Document Detail

Integrating the costs of plant toxins and predation risk in foraging decisions of a mammalian herbivore.
MedLine Citation:
PMID:  20652597     Owner:  NLM     Status:  MEDLINE    
Foraging herbivores must satisfy their nutrient requirements in a world of toxic plants while also avoiding predators. Plant toxins and perceived predation risk at food patches should both reduce patch residency time, but the relative strengths of these factors on feeding decisions has rarely been quantified. Using an arboreal generalist herbivore, the common brushtail possum Trichosurus vulpecula, we tested the effects on food intake of the plant toxin, cineole, and regurgitated pellets from one of its predators, the powerful owl Ninox strenua at the small spatial scale of the food patch. We used the giving-up density (GUD) framework, with animals harvesting food items (sultanas) in an inedible matrix (small pebbles). We ran two consecutive field experiments in a eucalypt woodland in eastern Australia, 1 month apart in the same location. In experiment 1, there was a significant interaction between cineole [at 17% of dry matter (DM)] and owl pellets. The GUD was lowest in the absence of both cineole and owl pellet, intermediate in the presence of owl pellet; and highest with cineole ± owl pellet. The effect of owl pellet diminished over time. In experiment 2, only cineole (at 10% DM) increased the GUD significantly. The difference in effect of owl pellet was probably due to both habituation and freshness of the cue. Our study demonstrates the importance of synthesising predator-prey and plant-herbivore ecology to better understand the complex set of constraints influencing foraging herbivores. The greater effect of toxin than fear on possums is likely to be due to its high, but ecologically relevant concentration. This highlights the need to explore the relative and net impacts of a range of concentrations of plant toxins and predation risks.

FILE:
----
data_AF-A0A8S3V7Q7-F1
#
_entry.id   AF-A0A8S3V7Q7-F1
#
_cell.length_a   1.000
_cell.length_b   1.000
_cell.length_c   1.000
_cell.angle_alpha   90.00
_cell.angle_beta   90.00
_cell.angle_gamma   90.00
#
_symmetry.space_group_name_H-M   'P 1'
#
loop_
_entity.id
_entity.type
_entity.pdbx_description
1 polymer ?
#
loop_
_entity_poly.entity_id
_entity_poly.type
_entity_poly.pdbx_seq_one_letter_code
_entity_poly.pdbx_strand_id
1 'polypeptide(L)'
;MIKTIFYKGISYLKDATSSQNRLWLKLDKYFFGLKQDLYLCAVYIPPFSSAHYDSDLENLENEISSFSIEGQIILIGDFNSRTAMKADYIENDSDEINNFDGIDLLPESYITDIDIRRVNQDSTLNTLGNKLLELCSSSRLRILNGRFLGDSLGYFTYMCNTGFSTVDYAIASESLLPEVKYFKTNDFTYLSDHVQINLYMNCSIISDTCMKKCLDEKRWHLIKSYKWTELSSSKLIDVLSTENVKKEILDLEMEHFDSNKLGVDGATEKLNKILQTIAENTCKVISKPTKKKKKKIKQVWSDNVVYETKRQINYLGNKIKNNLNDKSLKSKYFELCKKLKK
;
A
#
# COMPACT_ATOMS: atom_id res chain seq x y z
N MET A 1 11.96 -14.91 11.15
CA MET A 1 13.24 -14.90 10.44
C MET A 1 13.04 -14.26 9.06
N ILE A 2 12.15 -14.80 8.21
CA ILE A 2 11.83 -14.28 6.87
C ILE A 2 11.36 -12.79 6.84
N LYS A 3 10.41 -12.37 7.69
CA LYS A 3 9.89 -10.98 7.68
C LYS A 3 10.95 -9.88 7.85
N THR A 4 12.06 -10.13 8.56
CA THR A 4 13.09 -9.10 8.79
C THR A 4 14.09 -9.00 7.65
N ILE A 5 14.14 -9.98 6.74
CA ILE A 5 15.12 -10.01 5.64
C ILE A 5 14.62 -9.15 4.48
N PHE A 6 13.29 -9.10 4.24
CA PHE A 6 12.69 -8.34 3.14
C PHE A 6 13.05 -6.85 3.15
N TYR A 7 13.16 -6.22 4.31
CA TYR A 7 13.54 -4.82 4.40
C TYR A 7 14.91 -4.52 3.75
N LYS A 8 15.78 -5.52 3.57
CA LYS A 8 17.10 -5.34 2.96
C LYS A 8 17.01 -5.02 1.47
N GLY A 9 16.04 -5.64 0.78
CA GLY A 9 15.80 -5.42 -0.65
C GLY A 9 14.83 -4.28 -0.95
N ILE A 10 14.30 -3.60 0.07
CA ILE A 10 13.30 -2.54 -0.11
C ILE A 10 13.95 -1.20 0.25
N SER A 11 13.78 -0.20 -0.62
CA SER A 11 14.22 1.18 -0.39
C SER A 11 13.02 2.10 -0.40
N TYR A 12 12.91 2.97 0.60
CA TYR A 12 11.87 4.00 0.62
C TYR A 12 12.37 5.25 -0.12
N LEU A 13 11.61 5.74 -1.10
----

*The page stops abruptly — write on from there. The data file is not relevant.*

Sahar N Kirmani; Peter B Banks; Clare McArthur
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Publication Detail:
Type:  Journal Article; Research Support, Non-U.S. Gov't     Date:  2010-07-21
Journal Detail:
Title:  Oecologia     Volume:  164     ISSN:  1432-1939     ISO Abbreviation:  Oecologia     Publication Date:  2010 Oct 
Date Detail:
Created Date:  2010-09-15     Completed Date:  2011-01-24     Revised Date:  -    
Medline Journal Info:
Nlm Unique ID:  0150372     Medline TA:  Oecologia     Country:  Germany    
Other Details:
Languages:  eng     Pagination:  349-56     Citation Subset:  IM    
School of Biological Sciences, The University of Sydney, Sydney, NSW, Australia.
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MeSH Terms
Cyclohexanols / pharmacology*
Feeding Behavior / drug effects*,  physiology
Monoterpenes / pharmacology*
Plants, Toxic / chemistry*
Predatory Behavior
Trichosurus / physiology*
Reg. No./Substance:
0/Cyclohexanols; 0/Monoterpenes; 470-82-6/cineole

From MEDLINE®/PubMed®, a database of the U.S. National Library of Medicine

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